This son of British aristocracy lived a charged political life in which he yo-yoed in and out of favor with England's royal court. He served in parliament, and on the Queen's Council, and the Council of the Learned, but never managed to gain a truly lucrative post. Poor political connections, bad money management, and perhaps a questionable personal life led to a series of legal problems that landed him a few days in the Tower of London and forced him into retirement. He wrote much of his life, covering everything from science and philosophy to politics and personal essays. Among other works, he published The Advancement of Learning (1605), and Novum Organum (1620), two books representative of his influence on the modern scientific method, as well as a utopian novel, The New Atlantis (1627), and, of course, his Essays (1597-1625), a personal, candid treatment of quotidian subjects like truth, revenge, love, atheism, superstition, travel, friendship, anger, and fame. As profound as he was prolific, Bacon stands with Montaigne at the head of the modern essayistic tradition, a forerunner of England's future master essayists.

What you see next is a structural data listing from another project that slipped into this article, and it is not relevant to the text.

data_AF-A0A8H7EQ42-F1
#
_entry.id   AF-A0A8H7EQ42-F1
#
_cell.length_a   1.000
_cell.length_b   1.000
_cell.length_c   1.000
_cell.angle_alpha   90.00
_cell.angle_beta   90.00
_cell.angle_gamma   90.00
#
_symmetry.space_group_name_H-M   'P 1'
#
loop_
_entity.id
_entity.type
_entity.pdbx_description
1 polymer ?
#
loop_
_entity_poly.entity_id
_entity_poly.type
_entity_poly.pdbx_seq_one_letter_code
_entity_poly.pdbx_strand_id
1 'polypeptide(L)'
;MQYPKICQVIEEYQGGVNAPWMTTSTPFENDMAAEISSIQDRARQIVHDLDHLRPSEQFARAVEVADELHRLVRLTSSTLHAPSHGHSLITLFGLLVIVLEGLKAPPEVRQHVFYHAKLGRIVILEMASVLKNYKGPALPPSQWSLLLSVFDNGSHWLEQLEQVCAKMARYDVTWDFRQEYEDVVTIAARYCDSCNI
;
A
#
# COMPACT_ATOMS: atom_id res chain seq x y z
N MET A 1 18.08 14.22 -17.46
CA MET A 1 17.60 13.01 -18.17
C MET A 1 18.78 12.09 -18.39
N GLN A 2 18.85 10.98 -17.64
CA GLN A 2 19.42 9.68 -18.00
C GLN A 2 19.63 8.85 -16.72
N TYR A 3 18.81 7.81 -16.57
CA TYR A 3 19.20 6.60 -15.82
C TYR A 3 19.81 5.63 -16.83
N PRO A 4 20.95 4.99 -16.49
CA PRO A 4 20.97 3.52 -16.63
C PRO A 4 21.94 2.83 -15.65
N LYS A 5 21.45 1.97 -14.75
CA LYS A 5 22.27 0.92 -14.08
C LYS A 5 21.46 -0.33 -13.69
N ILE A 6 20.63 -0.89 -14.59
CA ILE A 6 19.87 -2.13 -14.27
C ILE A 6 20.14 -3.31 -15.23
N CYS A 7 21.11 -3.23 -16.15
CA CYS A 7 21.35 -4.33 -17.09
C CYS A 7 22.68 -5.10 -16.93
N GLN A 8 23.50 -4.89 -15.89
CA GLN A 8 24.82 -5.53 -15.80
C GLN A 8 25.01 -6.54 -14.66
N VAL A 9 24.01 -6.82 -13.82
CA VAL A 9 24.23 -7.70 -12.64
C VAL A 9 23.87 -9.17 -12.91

(Compiled by Joey Franklin)